RISTORANTE GUSTO, GRAND HOTEL DI COMO
The Grand Hotel di Como is a little way out of the centre of the city. This gave me the excuse I needed for a brief trip on one of the public boats which move gently around the lake throughout the day. The journey lasted, at most, ten minutes. The evening was warm, the water was calm and the glow of the sinking sun was kind. When we arrived at my stop, I was tempted to stay aboard. But I was soon glad that I had stirred myself to re-establish contact with terra firma. For the evening demanded a good dinner. And that is what I found at the Grand Hotel di Como: a good dinner.
The building I reached at the end of the drive off the main lakeside road was large, white and modern – its straight lines and sharp angles softened by the trees in its park and by carefully placed pieces of contemporary sculpture. The gentleman at the Reception desk was friendly, and directed me to the first floor. Here was my destination: the Ristorante Gusto.
The charming Patrizia, who was to look after me very well throughout the evening, greeted me and showed me to my table. This was in a space of the open-plan sort, with a modernist atmosphere. The tables were round and of grey marble. Upon them were silvered table mats. The banquettes were upholstered in yellow leather. The floor was of light wood. The lighting was subdued. It took me a few moments to acclimatize myself to this particular aesthetic, but soon I felt comfortable and entirely at home.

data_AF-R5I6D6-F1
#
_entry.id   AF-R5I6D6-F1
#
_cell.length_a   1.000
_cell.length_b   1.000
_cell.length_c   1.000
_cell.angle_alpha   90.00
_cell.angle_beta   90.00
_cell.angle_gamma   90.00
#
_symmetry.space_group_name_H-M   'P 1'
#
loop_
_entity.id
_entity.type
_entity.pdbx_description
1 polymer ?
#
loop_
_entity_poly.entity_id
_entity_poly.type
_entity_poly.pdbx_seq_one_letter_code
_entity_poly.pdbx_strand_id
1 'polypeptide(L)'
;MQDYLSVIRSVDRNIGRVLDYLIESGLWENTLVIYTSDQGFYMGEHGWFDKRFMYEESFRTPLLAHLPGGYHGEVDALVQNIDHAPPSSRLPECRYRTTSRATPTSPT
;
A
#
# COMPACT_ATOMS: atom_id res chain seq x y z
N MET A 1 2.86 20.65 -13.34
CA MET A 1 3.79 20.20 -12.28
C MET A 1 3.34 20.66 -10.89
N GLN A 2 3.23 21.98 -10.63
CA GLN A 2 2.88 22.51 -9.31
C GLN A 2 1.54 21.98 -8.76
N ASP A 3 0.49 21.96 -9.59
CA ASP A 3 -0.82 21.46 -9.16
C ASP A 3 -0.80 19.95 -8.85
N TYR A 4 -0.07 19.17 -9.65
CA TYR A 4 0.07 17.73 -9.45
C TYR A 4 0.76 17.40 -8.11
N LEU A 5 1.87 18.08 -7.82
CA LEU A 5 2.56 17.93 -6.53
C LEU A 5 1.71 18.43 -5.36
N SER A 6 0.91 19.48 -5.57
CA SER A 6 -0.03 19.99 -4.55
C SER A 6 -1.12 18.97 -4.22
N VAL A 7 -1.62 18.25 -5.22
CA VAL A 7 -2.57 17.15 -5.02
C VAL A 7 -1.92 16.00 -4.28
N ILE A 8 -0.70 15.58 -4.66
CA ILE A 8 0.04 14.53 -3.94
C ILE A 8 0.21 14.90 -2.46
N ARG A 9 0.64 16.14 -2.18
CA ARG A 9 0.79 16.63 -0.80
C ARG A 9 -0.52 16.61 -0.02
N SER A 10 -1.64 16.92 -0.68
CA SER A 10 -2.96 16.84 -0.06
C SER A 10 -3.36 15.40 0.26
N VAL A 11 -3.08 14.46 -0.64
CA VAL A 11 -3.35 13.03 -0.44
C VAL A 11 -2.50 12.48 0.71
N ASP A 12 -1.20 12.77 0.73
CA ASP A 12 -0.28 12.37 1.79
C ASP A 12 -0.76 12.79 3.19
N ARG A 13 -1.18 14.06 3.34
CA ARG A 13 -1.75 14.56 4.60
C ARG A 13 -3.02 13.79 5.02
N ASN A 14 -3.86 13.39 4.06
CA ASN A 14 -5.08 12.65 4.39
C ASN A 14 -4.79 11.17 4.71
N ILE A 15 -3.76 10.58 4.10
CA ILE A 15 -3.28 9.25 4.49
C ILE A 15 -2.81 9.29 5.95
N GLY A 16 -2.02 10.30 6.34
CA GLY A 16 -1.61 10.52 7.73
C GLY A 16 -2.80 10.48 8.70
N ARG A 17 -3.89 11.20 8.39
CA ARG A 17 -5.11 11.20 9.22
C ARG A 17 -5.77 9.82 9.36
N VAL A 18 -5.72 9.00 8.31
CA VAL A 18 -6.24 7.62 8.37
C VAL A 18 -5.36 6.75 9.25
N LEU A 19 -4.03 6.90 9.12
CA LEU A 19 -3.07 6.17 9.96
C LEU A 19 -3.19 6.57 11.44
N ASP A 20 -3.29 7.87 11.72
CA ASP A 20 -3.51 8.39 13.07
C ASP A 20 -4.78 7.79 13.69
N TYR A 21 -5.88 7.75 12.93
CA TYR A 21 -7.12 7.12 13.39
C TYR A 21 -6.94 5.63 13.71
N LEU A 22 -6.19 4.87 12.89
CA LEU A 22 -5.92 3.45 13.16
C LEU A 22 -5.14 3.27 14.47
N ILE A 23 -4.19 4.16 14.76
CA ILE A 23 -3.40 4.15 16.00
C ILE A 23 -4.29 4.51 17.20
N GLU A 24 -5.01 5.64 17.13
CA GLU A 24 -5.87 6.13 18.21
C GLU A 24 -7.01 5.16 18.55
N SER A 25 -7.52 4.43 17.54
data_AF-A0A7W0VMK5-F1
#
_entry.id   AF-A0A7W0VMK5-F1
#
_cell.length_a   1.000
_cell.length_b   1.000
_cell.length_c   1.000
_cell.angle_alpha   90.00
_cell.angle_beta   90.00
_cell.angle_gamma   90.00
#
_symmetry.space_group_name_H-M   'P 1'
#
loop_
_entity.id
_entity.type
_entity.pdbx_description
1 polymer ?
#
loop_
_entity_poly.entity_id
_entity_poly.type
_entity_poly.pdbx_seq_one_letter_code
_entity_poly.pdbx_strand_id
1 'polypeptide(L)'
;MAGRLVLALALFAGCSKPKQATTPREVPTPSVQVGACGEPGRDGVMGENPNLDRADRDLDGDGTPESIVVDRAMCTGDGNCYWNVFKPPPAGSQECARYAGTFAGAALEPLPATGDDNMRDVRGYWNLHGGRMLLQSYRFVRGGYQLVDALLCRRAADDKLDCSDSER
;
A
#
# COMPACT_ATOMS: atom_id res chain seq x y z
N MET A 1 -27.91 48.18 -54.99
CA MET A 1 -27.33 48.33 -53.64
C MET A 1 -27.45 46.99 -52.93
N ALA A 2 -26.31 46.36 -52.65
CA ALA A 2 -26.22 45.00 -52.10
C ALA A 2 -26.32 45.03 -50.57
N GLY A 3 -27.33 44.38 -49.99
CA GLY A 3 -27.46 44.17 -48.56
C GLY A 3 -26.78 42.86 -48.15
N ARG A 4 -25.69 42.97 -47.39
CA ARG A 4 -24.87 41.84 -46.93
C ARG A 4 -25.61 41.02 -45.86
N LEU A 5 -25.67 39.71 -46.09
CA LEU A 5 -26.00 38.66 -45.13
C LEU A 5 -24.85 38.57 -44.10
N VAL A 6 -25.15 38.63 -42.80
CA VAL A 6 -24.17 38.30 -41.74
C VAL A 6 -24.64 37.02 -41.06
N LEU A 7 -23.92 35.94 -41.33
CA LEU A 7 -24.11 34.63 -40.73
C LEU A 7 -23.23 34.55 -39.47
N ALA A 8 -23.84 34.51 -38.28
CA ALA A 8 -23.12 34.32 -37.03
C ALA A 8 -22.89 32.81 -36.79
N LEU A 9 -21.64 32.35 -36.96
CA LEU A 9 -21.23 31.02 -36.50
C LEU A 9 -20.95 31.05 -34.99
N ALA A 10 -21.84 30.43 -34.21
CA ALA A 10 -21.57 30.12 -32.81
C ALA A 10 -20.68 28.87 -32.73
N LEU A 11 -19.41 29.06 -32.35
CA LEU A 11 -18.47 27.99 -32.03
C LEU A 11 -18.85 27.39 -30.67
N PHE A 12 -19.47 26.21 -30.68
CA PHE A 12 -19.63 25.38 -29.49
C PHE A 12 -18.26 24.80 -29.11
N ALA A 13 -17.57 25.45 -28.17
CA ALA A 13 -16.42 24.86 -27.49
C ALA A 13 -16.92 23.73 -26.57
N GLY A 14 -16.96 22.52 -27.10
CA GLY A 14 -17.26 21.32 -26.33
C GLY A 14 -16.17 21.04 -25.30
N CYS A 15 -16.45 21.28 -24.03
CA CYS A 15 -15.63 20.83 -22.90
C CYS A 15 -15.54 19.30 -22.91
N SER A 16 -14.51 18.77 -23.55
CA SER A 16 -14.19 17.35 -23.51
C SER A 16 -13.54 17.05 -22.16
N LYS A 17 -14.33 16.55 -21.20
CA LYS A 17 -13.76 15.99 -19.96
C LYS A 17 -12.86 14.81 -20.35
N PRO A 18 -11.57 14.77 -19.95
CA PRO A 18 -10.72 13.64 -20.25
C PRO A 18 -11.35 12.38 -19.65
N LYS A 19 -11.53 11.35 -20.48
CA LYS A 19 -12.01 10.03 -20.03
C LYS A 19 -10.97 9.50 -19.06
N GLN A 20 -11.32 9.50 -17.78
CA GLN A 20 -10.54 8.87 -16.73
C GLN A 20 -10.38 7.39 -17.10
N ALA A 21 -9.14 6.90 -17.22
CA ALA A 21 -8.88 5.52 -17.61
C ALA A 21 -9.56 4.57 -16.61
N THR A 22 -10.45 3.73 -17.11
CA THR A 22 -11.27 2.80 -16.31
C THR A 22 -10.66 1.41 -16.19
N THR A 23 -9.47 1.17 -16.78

The food of Chef Roberto Cabras is described as “Italian, with a modern twist”. For me, the twist came at the end of the meal. I began with a classic – crayfish and citrus fruit. This was well-cooked and pleasingly presented, and the main danger of this combination – that the orange and grapefruit would over-power the crayfish – was avoided. For my pasta I went for the spiral sort – tortiglioni – with duck and juniper, sprinkled with bread and cheese. This was rich and satisfying, as all pasta dishes should be. My main course was an excellent fillet of sea bass, served with a crisp skin, with basil and sautéed vegetables. Then came the modern twist, and a very pleasing modern twist it was, too. The strawberries for my pudding arrived not only with a balsamic dressing and a sweet yoghurt mousse but also with tomatoes. This sounds an odd mixture, and I had certainly never met it before. But it worked remarkably well. (These four courses were 67€.)
The wine list is straightforward. There are 50 offerings, all Italian apart from the champagnes. Prices run from 18€ for a bottle of rosé to 190€ for the 2000 Dom Pérignon champagne. Into the Zwiesel glasses I had poured a decent bottle of chardonnay from the Veneto (Kellerei – Kaltern – 23€).
To take me back to my lodgings I summoned a taxi. But the memory of the boat ride to a good dinner still lingers in my mind.